Reports from Pakistan
Shop keepers reopen
Hospital care
Emergency Camps
Bedford trucks

Reports from Afghanistan
Kabul rebuilds
Kabul's poor
Balkh's Governor
Mazar-e-Sharif School
Buzkashi in Mazar-e-Sharif
Buzkashi video
Mazar-e-Sharif carpet sales
By Marcus Stern
Copley News Service

MAZAR-E-SHARIF, Afghanistan -- On the outskirts of town, on a patch of dirt the size of 20 football fields, 200 horsemen gathered on a recent Friday to play Afghanistan's national pastime: buzkashi.

A centuries-old Afghan tradition banned by the Taliban, buzkashi has made a comeback in the past four years.

The 200 horsemen gathered that day outside Marzar-e-Sharif were the Balkh Province's team. They were practicing for an upcoming national tournament.

Buzkashi, as played that day, is not for the faint-hearted.
Riders positioned themselves around a chalked circle. A headless, eviscerated calf carcass was dropped inside the ring and a scrum of horses surged in around the carcass, urged on by their riders who brandished whips designed specifically for buzkashi.

It was like a rugby scrum except it was horses -- not men -- crashing, shoving, charging against one another as the horsemen tried to position their steeds and themselves so they could roll from their saddles low enough to snatch the carcass from the ground and bolt from the crowd.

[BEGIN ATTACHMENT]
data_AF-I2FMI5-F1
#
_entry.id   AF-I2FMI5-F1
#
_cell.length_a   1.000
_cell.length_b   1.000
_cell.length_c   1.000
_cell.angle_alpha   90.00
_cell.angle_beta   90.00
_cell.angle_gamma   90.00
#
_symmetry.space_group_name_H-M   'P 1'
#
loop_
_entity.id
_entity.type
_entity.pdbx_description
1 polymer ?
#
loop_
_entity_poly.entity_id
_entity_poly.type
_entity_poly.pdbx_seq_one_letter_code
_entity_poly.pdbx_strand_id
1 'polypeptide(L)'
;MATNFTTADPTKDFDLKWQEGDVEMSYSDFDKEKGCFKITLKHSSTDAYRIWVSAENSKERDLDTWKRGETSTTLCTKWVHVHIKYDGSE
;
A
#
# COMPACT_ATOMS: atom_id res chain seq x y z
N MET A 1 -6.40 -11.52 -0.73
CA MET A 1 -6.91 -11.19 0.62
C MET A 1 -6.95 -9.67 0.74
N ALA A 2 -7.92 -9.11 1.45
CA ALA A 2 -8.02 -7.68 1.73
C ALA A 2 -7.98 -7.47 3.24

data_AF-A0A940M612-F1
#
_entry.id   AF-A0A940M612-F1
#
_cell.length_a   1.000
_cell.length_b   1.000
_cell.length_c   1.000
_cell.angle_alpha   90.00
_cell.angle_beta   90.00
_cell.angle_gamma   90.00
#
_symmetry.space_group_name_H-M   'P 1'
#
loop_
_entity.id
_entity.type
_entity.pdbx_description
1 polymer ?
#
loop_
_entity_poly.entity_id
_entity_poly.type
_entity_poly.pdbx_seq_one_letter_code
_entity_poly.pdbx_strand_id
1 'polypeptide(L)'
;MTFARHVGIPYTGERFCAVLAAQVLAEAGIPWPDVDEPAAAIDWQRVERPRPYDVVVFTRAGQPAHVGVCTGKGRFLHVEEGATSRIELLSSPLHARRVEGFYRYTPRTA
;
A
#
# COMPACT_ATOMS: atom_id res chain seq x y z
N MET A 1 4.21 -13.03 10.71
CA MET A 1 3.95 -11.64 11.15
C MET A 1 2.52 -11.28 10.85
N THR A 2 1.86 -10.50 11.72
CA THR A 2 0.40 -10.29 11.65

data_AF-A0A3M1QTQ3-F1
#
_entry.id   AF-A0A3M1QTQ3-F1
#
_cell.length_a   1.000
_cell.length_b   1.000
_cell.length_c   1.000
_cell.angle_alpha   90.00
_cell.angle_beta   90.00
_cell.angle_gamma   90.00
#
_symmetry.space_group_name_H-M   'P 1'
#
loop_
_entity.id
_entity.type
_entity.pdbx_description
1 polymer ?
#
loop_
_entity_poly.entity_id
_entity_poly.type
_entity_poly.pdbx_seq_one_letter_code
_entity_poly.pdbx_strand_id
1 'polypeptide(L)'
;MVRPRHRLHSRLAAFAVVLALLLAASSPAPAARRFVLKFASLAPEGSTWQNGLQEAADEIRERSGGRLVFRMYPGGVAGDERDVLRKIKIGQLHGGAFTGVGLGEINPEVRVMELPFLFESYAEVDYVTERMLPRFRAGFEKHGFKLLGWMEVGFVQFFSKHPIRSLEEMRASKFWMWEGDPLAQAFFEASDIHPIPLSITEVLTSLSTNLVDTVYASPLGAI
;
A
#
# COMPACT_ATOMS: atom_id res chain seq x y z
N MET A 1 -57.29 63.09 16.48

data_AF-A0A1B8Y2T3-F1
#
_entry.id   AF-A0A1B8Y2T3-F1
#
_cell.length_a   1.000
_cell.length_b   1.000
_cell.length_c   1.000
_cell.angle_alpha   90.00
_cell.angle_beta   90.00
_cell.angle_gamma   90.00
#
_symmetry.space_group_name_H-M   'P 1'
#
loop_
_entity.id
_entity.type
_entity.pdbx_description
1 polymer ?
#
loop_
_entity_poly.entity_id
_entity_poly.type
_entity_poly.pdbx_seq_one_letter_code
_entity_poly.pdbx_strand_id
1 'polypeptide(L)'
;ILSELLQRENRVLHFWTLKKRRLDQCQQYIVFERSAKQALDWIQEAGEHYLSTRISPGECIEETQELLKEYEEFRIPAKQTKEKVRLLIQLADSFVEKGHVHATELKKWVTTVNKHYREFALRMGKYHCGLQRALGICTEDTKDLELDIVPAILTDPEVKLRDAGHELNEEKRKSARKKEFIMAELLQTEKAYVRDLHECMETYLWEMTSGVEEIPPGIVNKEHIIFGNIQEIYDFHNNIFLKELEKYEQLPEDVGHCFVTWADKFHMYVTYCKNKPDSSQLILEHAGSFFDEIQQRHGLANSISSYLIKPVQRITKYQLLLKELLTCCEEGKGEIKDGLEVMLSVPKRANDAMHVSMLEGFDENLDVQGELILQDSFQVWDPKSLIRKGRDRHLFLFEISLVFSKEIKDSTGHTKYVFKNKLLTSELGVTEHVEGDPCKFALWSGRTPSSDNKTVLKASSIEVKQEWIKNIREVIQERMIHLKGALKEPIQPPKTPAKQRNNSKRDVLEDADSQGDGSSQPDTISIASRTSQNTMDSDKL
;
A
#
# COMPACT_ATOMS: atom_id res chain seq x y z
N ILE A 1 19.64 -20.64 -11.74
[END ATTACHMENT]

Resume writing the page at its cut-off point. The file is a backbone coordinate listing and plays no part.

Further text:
Horses whinnied, their nostrils flaring. Some bucked as riders applied their whips. The eyes of the horsemen were fierce and intense. The eyes of the horses were more dubious. It was not a Humane Society moment.

As the scrum of horsemen wobbled slowly from the chalk circle, other horsemen positioned themselves in outer rings. They waited patiently for someone to break from the scrum with the calf. At that point, they would drive at the horseman in an effort to steal the carcass.

The idea was to grab the carcass, take it to the far end of the field, around a marker, and back to the chalk circle, where it would be deposited.

The horseman who deposited the calf in the chalk circle then went to the reviewing stand where his name was announced from a loudspeaker powered by a car battery. He also received a cash prize, sometimes $100, sometimes $50.

Then the melee would begin again.